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Trial gets under way in Sheriff’s Department obstruction case

Valencia man among those charged by U.S. Attorney’s Office

Posted: May 27, 2014 1:11 p.m.
Updated: May 27, 2014 1:11 p.m.

Prosecutors presented opening statements Tuesday in their case against six sworn Los Angeles County Sheriff’s Department officers — including a Valencia resident — accused of obstructing a federal investigation into the Los Angeles County jail system, a U,S. Attorney’s Office spokesman said.

Lt. Stephen Leavins, 52, of Valencia, and five other LASD officers named in the federal obstruction case faced a jury in U.S. District Court Tuesday, spokesman Thom Mrozek said.

“The jury was seated last week,” Mrozek said Tuesday. “They (jurors) heard opening statements this morning.”

In December, Leavins was one of 18 sworn Los Angeles County Sheriff’s Department officers named in an FBI probe into allegations of corruption and of civil rights abuses in the jail system.

Last Thursday the trial of another sheriff’s deputy accused of obstruction ended with a hung jury.

The jury could not agree on whether to convict James Sexton, 29, for what prosecutors said was his role in hiding an inmate informant from FBI agents.

Leavins was assigned to the LASD’s Internal Criminal Investigations Bureau, which scrutinizes the conduct of LASD deputies.

Leavins and co-defendant Deputy Mickey Manzo entered a plea of not guilty Dec. 9, the day federal prosecutors unveiled details of a criminal complaint and four grand jury indictments.

The obstruction case developed when Sheriff’s Department personnel assigned to Men’s Central Jail learned an inmate was an FBI informant and was cooperating in an FBI civil rights and corruption probe of the jail.

After learning the inmate received a cell phone from a deputy who took a bribe, those allegedly involved in the obstruction scheme took “affirmative steps to hide the cooperator” from the FBI and from the United States Marshals Service, which was trying to get the inmate to testify before a federal grand jury in response to an order issued by a federal judge, prosecutors claim.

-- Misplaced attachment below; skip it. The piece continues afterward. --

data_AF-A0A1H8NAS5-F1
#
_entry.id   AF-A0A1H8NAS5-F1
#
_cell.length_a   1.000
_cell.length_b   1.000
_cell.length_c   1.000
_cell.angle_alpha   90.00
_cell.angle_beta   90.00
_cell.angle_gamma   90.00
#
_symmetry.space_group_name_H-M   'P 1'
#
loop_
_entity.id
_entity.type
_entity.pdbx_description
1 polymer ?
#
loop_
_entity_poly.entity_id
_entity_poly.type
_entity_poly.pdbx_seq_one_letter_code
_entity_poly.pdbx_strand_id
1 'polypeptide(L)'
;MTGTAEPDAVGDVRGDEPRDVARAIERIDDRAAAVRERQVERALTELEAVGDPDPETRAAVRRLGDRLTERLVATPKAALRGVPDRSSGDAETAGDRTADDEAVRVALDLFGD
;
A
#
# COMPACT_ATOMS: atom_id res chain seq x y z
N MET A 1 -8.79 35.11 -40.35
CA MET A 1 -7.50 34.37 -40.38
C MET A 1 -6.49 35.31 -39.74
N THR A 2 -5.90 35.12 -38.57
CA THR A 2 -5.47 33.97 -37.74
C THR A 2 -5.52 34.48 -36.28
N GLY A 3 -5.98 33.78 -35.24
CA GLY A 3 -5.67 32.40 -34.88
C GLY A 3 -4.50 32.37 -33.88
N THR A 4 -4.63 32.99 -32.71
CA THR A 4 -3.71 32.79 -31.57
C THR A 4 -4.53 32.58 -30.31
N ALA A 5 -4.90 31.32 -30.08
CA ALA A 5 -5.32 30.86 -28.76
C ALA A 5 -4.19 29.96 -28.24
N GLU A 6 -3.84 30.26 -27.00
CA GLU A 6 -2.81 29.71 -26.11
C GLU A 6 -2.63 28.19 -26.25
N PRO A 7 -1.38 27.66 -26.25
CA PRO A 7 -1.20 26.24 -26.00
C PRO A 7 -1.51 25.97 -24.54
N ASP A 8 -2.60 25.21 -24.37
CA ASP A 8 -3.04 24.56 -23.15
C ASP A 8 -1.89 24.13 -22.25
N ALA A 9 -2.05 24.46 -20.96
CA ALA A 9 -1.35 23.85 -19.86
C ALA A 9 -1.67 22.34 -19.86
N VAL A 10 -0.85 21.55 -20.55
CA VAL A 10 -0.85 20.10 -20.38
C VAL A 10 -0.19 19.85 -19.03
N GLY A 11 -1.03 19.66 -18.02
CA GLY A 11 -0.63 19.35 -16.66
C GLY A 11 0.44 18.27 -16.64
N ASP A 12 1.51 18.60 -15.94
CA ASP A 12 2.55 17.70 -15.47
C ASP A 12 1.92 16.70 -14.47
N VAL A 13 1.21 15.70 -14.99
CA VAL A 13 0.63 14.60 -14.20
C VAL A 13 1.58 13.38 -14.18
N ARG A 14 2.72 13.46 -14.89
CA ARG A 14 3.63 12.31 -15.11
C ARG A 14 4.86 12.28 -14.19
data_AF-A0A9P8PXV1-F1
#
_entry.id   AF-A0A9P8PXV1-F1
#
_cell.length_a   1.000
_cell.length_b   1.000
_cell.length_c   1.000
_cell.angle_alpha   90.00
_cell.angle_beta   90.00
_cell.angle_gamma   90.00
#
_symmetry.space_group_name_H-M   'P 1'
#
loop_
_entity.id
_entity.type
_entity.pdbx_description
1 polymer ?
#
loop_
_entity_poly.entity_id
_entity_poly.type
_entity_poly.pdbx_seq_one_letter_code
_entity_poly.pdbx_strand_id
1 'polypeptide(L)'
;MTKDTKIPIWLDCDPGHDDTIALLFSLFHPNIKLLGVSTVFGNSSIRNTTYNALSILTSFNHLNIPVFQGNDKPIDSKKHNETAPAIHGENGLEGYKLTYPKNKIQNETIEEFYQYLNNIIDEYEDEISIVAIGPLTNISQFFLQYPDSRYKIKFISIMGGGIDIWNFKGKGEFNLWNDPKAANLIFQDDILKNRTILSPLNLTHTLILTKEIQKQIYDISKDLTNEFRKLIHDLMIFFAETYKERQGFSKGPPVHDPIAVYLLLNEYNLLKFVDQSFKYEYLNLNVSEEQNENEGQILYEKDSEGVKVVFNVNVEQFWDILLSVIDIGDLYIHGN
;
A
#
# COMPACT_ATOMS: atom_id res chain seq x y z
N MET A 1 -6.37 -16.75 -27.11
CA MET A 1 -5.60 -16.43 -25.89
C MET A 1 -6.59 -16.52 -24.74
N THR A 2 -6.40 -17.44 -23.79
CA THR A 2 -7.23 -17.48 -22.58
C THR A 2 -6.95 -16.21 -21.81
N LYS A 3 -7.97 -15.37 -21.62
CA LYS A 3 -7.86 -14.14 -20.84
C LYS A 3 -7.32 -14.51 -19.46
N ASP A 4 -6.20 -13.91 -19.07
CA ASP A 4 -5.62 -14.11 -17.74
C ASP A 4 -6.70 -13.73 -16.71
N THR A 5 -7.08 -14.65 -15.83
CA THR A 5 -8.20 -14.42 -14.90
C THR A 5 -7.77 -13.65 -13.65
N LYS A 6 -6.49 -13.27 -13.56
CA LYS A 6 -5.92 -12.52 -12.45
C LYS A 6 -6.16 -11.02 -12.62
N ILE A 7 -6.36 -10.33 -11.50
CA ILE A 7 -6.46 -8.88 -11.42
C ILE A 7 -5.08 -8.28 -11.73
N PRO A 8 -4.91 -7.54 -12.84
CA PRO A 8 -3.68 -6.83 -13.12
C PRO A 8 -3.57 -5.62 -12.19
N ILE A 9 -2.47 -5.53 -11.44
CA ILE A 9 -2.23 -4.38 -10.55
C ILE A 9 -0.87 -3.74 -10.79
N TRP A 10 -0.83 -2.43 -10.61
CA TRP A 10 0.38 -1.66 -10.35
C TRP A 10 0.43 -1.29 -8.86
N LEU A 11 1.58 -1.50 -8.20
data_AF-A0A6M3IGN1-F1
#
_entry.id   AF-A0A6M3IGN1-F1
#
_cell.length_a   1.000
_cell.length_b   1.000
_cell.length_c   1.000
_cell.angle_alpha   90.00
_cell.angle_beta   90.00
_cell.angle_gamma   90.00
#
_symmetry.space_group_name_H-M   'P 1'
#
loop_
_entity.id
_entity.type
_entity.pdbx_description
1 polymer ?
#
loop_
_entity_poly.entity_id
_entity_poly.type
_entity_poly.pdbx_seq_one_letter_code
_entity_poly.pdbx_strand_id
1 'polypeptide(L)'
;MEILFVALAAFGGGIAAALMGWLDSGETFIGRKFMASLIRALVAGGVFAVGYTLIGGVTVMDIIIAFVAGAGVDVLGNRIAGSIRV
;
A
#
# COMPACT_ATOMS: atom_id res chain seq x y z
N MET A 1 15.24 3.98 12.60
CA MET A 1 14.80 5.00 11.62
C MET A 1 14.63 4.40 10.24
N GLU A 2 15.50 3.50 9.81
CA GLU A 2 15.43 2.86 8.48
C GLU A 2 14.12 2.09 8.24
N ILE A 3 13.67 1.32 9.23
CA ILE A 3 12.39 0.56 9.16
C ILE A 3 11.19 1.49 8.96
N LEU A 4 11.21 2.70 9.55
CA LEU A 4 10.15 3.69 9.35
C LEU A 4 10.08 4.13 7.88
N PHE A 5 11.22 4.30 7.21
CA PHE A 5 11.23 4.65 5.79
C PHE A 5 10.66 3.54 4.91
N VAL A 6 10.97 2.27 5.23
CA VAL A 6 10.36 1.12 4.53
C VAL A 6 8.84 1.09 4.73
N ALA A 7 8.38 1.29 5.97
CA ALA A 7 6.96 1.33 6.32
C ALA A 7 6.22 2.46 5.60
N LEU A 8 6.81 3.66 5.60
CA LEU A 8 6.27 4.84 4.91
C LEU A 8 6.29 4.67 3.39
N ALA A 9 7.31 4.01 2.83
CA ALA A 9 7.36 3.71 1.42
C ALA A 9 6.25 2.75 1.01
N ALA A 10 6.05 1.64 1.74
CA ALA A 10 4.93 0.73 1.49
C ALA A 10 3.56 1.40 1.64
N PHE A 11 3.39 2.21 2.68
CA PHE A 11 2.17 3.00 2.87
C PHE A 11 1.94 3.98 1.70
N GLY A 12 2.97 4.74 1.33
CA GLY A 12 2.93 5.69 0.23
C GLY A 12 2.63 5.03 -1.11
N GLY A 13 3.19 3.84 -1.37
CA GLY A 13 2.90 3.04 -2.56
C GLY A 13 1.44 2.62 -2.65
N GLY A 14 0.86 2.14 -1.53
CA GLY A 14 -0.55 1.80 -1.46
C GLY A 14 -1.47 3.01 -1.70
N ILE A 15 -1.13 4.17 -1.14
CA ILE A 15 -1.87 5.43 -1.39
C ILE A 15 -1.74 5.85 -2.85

As part of the conspiracy, they said, Sheriff’s Department personnel named in the indictment allegedly altered records to make it appear that the cooperating inmate had been released.

They then re-booked the inmate under a different name and told the inmate he had been abandoned by the FBI, the indictment says.

Over several weeks, the Sheriff’s Department personnel also allegedly tried to obtain an order from a Los Angeles Superior Court judge that would have compelled the FBI to turn over information about its investigation to the LASD.

After the judge refused to issue such an order, according to the indictment, two LASD sergeants who are charged in the case confronted an FBI special agent at her home in an attempt to intimidate her into providing details about the investigation.

The sergeants falsely told the special agent and her supervisor that they were obtaining a warrant for her arrest, according to the indictment.
On Twitter @jamesarthurholt




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